Staying strong during Ebola | Karin Landgren, Under-Secretary-General, Special Representative of the Secretary-General (2012-2015)

Karin Landgren at a medal parade for a Ghanaian military contingent in Buchanan, Grand Bassa County.Photo: Staton Winter | UNMIL | 16 Nov 12

30 Mar 2018

Staying strong during Ebola | Karin Landgren, Under-Secretary-General, Special Representative of the Secretary-General (2012-2015)

In 2012, Karin Landren of Sweden became UNMIL’s fourth SRSG, having already led missions in Burundi and Nepal. Less than two years into her job, Ebola arrived to decimate Liberia, and SRSG Landgren was tasked with leading UNMIL’s support to the response to the crisis which she called “14 months of a national nightmare.” More than 3,000 Liberians died, and the Security Council recognized the extent of the outbreak in Africa as a threat to international peace and security.

Before Ebola struck, the Mission had been concentrating on supporting national institutions, strengthening the rule of law, supporting national reconciliation and building up the country’s security sector. The crisis threatened to undo much of the work done by the UN and Liberians since the end of the civil war and exposed the lack of Government authority.

“The UN and other partners recognized quite early on that this was more than a public health crisis,” Ms. Landgren said in 2015 as the disease was brought under control. “Certainly, health services collapsed almost immediately. But there were immediate risks to public security. Commodity prices grew and people became restive about that. There was a state of emergency and the army was called out.”

There was talk of a coup, she recalled, and the Mission leadership met to plan for the possibility of “catastrophic state collapse.”

As the Government had no credibility or presence, communities took the initiative to organize among themselves. UNMIL Radio broadcast lifesaving messages across the country. Still, Ms. Landgren said, many Liberians thought Ebola was either a myth or a curse. She ordered the Mission to stay and keep operating.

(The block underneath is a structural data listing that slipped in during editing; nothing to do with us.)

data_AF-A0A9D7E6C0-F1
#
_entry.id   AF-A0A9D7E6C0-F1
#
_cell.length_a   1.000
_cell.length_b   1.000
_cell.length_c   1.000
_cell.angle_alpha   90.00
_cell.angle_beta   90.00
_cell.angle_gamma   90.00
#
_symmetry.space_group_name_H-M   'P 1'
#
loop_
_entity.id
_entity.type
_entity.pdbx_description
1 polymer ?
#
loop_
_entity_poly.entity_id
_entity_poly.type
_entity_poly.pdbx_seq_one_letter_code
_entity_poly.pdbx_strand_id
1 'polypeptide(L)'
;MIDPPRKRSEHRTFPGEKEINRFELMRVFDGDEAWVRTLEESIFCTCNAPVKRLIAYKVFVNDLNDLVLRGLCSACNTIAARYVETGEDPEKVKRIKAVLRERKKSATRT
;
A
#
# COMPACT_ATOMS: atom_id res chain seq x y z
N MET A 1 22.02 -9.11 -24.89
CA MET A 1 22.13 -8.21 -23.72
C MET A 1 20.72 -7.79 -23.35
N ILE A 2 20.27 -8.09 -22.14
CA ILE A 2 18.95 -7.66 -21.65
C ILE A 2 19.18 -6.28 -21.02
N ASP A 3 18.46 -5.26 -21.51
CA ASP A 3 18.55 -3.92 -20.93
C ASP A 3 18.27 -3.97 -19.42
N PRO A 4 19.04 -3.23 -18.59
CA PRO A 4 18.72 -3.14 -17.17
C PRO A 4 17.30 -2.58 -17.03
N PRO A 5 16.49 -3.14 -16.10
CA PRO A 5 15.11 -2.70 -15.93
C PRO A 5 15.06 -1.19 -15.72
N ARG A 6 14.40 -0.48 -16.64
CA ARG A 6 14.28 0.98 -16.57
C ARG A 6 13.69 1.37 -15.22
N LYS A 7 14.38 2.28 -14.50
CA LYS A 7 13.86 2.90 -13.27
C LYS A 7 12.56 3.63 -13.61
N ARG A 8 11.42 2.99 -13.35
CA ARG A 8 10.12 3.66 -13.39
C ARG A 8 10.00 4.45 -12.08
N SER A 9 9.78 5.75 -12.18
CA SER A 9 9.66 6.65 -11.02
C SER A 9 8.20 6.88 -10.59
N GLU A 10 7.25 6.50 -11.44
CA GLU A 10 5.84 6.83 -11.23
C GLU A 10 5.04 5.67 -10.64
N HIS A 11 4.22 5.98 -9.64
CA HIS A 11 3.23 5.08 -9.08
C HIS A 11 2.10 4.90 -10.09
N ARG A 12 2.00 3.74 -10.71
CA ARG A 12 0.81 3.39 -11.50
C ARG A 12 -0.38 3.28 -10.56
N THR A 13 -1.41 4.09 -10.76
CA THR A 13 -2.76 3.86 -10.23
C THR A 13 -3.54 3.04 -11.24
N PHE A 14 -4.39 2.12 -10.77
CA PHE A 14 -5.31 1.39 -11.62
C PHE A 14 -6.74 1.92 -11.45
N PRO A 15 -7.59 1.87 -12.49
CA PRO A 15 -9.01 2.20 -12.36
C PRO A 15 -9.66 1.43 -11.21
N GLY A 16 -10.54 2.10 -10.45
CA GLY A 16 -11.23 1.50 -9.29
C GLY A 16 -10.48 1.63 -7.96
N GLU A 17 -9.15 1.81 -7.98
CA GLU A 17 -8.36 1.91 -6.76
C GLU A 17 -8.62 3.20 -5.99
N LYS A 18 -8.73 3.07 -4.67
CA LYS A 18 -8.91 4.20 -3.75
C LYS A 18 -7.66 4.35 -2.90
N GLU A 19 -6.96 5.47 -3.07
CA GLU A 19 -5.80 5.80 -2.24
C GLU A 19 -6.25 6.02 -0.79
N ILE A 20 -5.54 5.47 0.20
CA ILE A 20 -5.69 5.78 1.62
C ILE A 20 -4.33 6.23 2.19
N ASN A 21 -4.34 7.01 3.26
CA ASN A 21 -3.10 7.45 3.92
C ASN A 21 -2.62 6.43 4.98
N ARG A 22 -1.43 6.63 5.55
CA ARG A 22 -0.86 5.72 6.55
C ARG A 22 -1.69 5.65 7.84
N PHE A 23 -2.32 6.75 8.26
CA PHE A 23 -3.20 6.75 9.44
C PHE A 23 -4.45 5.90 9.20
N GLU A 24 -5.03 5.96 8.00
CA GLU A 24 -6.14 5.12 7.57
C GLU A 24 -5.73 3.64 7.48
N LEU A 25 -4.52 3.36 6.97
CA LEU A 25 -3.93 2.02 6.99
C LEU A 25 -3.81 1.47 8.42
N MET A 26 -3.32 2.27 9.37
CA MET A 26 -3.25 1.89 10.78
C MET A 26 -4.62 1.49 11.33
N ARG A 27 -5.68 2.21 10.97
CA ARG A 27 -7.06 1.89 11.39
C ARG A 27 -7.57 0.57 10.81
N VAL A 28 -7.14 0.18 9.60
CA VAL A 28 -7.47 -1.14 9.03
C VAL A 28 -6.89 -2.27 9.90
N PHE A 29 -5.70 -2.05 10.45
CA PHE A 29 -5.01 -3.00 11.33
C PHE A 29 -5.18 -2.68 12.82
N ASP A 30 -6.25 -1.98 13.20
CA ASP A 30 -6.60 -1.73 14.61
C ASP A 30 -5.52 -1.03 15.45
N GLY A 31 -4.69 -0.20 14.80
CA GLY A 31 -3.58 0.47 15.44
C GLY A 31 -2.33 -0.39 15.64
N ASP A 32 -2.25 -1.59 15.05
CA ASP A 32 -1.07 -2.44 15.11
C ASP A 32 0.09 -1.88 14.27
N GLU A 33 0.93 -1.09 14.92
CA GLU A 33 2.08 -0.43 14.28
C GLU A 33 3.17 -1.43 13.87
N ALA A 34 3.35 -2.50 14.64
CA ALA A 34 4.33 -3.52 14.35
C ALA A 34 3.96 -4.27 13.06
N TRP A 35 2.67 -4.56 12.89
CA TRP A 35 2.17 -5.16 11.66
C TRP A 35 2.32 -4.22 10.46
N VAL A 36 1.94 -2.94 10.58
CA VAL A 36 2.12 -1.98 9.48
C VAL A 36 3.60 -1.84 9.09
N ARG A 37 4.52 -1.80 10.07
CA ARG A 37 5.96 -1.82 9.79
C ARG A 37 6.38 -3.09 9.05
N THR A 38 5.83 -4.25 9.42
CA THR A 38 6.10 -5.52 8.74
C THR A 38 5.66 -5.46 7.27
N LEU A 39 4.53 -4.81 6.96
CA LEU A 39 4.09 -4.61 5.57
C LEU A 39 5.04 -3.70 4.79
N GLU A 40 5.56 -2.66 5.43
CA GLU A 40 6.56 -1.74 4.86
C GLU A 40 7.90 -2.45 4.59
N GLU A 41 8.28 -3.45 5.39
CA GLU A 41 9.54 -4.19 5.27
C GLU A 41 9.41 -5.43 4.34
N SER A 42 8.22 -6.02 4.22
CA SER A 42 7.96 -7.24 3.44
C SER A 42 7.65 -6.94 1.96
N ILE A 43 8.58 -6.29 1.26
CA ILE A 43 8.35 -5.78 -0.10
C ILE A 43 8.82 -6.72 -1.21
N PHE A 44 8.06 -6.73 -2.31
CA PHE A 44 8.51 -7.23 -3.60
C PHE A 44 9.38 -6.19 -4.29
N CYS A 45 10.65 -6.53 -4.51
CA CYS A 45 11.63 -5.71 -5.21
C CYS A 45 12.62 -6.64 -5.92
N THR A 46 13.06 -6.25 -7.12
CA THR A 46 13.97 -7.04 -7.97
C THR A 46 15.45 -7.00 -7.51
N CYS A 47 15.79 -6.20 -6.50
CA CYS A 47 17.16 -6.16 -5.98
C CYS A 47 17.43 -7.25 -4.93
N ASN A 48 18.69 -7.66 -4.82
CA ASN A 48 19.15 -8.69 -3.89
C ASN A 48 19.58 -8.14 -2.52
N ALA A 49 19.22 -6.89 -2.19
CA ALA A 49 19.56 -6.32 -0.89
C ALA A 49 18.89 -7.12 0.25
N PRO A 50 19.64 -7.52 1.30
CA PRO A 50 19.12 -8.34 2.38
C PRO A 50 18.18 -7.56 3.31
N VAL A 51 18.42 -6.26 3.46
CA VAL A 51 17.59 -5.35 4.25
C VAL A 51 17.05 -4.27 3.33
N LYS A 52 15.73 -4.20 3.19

“I’m convinced that the continued presence of UNMIL was reassuring to the population, and the fact that we had offices all over the country actually contributed to convening the actors who needed to come together,” she said. Ms. Landgren says that Ebola was turned around by three factors: advocacy, removal of suspected cases and robust contact tracing. She credited unsung heroes such as the local grave diggers, Médecins Sans Frontières but also people like Dr. Peter Clement Lugala of Uganda who went to the Ebola epicenter in Lofa county, bought plastic sheeting in the market, and had it sewn into body bags.

Liberia, she noted, had the lowest concentration of doctors in the world, i.e. 1.4 doctors per 100,000 people, or about 50 in total. Widespread poverty, but also corruption was a factor in Ebola as funds destined for public health had been diverted. Liberia’s “debilitating patronage network” contributed to the country’s inability to confront the disease, as was the concentration of political administration in Monrovia.

Landgren had long stressed the need for Liberia to decentralize government services. “This is a national challenge which will be longer in duration than the life of the peacekeeping mission,” she said.

During her tenure, UNMIL continued its drawdown of troops. Among her concerns was helping the Government to strengthen its own security sector, as UNMIL was due to handover responsibility for security in 2016.